That's all I can think of right now. No hard feelings if you reject all points! :tmbup:


This post by Drew was liked by: bahkana
Top
 Profile  
 
Offline
 Post subject: Re: How not to promote a go club in the middle of nowhere
Post #3 Posted: Fri Feb 06, 2015 1:24 am 
Oza

Posts: 2285
Location: Ireland
Liked others: 650
Was liked: 411
Universal go server handle: Boidhre
My general experience: if they ask you where you guys play go online they'll probably stick around for a good bit. If they ask to borrow beginner books it's the same. If they just turn up to the club each week and never show an interest in playing/studying go outside of it, they'll be gone in a few months usually talking about not making progress or not having time to improve. Go is similar to chess in this respect.

The other thing I've seen is someone get into it and then realise just how much there is to learn and then they decide they don't want to invest that much time into the game (to achieve whatever goal they had in mind, e.g. placing high in a local tournament or similar).

Top
 Profile  
 
Offline
 Post subject: Re: How not to promote a go club in the middle of nowhere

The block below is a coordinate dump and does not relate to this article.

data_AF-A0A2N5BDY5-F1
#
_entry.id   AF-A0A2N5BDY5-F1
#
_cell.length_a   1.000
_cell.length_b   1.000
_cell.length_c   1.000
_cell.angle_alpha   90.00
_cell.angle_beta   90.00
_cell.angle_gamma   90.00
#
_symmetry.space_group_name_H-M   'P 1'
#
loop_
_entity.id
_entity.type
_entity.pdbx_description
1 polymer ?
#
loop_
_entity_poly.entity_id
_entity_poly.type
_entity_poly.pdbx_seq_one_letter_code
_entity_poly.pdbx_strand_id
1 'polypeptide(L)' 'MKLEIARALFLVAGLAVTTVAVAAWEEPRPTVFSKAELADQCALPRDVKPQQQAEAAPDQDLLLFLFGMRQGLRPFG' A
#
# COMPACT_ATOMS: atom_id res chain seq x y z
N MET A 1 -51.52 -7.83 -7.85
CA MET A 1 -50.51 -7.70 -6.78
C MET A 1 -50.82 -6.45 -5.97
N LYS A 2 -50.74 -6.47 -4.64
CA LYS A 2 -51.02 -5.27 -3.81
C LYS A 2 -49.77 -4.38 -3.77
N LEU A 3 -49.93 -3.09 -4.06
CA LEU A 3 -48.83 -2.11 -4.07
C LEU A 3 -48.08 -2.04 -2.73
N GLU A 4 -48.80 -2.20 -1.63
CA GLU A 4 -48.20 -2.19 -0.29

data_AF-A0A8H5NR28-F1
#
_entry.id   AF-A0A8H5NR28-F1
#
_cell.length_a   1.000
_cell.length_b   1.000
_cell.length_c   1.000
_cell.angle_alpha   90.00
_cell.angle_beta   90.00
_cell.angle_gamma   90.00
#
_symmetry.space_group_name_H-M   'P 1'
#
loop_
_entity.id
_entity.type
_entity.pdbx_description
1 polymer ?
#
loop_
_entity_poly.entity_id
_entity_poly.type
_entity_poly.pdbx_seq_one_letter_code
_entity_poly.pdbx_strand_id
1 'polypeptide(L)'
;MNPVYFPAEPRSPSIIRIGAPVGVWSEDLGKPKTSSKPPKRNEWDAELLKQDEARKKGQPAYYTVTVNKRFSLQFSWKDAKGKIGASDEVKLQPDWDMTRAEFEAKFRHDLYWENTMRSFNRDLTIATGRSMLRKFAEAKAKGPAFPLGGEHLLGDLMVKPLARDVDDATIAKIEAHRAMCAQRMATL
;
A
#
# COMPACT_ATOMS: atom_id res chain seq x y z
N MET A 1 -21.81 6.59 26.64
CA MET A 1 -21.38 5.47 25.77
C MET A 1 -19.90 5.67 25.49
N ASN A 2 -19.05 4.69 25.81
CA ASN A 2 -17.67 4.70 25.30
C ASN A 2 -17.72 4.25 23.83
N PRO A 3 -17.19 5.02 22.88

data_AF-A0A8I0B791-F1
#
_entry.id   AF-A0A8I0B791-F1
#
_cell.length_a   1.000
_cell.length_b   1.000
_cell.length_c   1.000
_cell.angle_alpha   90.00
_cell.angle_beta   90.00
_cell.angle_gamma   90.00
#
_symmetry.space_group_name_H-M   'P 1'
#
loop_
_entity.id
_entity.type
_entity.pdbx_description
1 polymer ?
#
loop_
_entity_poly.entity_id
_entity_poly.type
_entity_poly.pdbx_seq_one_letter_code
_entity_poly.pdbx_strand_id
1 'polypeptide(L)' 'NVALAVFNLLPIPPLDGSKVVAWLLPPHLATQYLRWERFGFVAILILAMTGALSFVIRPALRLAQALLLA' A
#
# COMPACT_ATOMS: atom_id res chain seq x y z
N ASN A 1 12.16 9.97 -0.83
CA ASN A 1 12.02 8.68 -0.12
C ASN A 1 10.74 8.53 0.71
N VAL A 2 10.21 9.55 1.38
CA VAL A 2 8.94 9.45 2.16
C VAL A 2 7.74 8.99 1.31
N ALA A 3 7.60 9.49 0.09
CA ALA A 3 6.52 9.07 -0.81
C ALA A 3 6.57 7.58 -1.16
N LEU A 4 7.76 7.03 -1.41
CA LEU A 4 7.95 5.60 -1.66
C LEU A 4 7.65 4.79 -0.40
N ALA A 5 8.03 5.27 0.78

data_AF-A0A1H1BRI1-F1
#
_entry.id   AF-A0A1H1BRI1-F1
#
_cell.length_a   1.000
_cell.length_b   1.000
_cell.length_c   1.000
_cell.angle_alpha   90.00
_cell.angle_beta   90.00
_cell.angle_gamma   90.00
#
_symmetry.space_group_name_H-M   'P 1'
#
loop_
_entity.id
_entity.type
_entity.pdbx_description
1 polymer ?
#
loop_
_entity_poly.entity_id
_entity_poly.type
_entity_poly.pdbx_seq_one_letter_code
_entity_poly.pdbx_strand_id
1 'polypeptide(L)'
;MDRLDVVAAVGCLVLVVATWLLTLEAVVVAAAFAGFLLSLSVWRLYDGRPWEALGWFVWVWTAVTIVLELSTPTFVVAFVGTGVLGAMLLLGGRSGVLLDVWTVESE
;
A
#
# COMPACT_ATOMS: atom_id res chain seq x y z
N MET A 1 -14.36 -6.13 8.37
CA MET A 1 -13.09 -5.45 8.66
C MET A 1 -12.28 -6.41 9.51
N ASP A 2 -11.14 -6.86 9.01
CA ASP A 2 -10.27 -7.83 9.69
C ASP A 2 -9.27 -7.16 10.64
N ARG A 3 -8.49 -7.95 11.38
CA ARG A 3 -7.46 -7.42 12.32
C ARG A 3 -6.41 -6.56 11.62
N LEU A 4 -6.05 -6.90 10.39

Post #4 Posted: Fri Feb 06, 2015 7:00 am 
Lives in sente

Posts: 1174
Liked others: 224
Was liked: 313
Rank: 5d
GD Posts: 1000
If you want to exploit a connection with Japanese culture, for those early teen-agers talking about samurai and ninjas might be more effective. Those subjects make things more like video games and might build on a desire to compete: fighting in go is like samurai in war, invasions are like ninja attacks. In tournaments, only having one prize winner, the winner, give more prizes to make it easier to win a prize. Maybe even give simple but meaningful prizes for participation. For example, give a prize for finishing all their games.

Top
 Profile  
 
Offline
 Post subject: Re: How not to promote a go club in the middle of nowhere
Post #5 Posted: Fri Feb 06, 2015 10:05 am 
Beginner
User avatar

Posts: 15
Liked others: 8
Was liked: 14
Rank: 10k
Universal go server handle: Bahkana